Tuesday, 15 November 2016

In which a memory is stirred

Way, way back in what my grandchildren would probably consider pre-history, I was a collector of cigarette cards. No, belay that. Calling myself a collector might give the wrong impression, implying that I had knowledge of the subject and was specific in my collecting. Truer, perhaps, to say simply that I collected cigarette cards, any and all that came my way. Cigarette manufacturers produced these little inserts in series, usually of 50, on a wide variety of subjects. There were butterflies, army insignia, cricketers and so on.

It was a picture in the newspaper that brought all this to mind - although I am at a complete loss as to just how and why the train of thought moved. The picture was of two men in the march past at the Cenotaph. Bill Speakman VC, a Chelsea Pensioner aged 89, was being pushed in his wheelchair by Lance Sergeant Johnson Beharry VC. Bill Speakman won his Victoria Cross in Korea, Johnson Beharry in Iraq.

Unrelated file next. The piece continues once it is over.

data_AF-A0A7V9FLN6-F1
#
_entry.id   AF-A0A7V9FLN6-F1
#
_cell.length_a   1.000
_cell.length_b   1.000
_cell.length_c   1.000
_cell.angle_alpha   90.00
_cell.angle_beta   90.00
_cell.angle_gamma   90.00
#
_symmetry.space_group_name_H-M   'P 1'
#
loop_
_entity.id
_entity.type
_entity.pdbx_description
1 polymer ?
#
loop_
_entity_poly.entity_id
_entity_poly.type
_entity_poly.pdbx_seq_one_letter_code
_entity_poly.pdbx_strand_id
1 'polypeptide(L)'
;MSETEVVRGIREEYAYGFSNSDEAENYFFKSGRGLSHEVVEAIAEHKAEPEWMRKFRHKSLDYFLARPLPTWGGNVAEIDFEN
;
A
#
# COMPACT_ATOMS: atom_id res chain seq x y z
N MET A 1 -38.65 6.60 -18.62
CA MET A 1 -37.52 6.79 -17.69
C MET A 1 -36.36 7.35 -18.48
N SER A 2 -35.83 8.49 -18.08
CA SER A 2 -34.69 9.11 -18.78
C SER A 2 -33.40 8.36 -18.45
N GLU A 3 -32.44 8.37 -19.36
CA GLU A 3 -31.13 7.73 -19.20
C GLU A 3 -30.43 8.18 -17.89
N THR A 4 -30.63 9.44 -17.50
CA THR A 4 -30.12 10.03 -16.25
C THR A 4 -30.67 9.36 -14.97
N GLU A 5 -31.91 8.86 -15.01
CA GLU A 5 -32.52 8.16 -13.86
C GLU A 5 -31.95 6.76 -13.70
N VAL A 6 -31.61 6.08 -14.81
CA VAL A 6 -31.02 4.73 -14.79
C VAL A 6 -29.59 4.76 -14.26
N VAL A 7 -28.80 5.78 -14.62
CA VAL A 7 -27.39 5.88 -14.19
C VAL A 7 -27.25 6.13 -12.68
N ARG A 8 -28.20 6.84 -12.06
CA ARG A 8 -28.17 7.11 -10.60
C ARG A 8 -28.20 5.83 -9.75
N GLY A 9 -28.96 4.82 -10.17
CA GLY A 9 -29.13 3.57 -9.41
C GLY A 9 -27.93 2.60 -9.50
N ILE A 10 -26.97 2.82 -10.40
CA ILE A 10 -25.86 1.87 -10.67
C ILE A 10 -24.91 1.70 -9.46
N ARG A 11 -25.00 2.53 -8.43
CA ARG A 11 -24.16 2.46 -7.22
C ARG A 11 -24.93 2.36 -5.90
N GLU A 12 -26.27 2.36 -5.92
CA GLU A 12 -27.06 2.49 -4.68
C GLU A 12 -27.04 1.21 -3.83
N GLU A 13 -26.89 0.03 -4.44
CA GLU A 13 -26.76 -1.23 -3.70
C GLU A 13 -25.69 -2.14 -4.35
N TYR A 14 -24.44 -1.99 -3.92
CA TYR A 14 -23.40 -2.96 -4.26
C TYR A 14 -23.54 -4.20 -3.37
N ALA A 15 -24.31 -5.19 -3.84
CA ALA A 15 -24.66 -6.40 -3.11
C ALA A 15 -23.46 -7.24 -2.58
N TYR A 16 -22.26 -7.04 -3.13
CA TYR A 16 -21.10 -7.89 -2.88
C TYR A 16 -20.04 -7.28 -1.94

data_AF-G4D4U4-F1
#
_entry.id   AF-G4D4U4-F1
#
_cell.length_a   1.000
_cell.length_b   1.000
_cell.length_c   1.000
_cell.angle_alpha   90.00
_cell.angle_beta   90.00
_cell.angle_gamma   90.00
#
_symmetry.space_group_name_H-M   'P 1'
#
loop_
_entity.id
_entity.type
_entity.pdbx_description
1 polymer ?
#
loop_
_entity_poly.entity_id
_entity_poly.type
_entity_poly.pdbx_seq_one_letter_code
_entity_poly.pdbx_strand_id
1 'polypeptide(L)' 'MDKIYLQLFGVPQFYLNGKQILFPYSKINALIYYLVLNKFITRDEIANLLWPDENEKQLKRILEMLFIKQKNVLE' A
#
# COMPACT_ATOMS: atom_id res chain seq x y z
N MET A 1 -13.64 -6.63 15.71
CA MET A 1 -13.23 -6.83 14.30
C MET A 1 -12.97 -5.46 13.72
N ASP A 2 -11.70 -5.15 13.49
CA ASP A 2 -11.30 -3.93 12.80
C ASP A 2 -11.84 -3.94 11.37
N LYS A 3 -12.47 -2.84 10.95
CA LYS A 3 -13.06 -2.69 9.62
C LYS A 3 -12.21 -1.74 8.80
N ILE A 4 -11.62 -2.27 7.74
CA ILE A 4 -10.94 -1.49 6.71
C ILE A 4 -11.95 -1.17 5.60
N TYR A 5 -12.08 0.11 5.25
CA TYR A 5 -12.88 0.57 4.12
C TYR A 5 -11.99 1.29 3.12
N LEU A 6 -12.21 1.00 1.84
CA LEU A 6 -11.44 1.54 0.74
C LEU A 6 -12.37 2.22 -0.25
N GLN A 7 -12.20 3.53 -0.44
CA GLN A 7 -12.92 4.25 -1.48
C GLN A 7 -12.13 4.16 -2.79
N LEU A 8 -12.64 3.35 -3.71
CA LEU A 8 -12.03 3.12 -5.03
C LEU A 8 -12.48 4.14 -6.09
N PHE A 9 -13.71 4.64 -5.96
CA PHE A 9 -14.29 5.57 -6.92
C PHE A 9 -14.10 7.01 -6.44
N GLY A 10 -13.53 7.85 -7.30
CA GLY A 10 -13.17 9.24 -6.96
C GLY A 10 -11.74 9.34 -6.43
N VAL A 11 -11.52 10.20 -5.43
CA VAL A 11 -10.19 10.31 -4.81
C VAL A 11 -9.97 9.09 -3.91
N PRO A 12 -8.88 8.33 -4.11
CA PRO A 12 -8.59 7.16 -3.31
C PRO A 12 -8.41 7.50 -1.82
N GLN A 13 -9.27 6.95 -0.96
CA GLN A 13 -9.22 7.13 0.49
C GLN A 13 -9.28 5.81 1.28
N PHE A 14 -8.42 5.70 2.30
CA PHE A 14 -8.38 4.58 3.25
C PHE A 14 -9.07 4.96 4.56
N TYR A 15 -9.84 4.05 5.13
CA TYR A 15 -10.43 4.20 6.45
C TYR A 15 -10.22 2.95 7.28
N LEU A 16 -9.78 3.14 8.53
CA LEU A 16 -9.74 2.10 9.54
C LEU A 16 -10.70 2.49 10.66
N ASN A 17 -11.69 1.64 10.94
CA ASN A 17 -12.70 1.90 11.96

Having looked at the picture, my mind followed some circuitous route to remind me of the only two cigarette cards that have truly stuck in my memory. One showed HMS Rawalpindi, the other HMS Jervis Bay. Both were what was laughing called armed merchant vessels having been taken over by the Royal Navy in the Second World War and having a gun or two bolted onto the deck. Both were sunk in action against vastly superior enemy vessels. But that was the extent of my knowledge of these vessels. I decided that it was time I learned more.

I had intended to write about the Jervis Bay myself, but this video does the job so much better than I could ever hope to.

No comments: